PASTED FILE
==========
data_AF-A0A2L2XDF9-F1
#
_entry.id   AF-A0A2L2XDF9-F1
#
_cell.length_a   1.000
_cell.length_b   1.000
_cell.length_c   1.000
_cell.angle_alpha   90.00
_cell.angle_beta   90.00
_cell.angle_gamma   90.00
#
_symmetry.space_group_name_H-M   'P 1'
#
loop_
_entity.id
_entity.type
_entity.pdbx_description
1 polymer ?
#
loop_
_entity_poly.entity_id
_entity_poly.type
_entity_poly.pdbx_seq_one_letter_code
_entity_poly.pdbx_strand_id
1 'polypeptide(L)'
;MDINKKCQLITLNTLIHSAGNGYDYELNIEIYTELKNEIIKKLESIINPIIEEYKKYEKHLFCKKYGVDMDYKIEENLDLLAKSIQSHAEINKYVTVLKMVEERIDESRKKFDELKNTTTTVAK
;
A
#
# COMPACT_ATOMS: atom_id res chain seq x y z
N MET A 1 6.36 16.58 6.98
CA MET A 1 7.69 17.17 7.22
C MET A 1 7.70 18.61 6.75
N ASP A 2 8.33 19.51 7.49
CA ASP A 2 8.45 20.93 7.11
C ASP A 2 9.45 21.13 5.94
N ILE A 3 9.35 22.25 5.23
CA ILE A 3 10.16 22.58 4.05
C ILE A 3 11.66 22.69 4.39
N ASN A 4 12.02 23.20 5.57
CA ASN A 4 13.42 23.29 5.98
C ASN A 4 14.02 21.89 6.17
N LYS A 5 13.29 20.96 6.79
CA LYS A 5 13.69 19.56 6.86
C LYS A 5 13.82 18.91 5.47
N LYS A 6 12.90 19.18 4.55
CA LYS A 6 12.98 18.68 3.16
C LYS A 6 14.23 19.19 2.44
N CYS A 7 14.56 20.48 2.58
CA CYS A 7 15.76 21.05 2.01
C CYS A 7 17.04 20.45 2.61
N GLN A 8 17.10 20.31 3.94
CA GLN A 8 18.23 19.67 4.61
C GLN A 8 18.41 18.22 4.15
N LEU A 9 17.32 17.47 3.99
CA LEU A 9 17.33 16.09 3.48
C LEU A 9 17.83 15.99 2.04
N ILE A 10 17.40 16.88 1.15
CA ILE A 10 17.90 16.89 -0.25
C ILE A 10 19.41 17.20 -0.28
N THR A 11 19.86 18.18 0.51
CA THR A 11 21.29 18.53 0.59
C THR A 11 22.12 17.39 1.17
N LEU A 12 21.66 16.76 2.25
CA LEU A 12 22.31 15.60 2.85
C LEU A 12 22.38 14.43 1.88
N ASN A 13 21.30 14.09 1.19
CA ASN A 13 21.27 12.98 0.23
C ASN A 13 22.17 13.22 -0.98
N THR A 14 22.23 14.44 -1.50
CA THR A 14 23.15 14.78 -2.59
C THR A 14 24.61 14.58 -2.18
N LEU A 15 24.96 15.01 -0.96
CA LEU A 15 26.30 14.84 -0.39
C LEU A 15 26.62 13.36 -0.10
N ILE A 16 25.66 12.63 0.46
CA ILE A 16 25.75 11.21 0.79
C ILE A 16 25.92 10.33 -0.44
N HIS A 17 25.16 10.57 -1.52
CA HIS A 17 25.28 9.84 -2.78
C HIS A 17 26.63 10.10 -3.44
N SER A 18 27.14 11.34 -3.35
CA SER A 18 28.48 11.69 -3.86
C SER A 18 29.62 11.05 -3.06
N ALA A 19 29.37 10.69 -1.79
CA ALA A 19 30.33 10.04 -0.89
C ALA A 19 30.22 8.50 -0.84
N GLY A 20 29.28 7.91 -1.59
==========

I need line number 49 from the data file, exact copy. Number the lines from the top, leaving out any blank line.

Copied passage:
N CYS A 7 14.56 20.48 2.58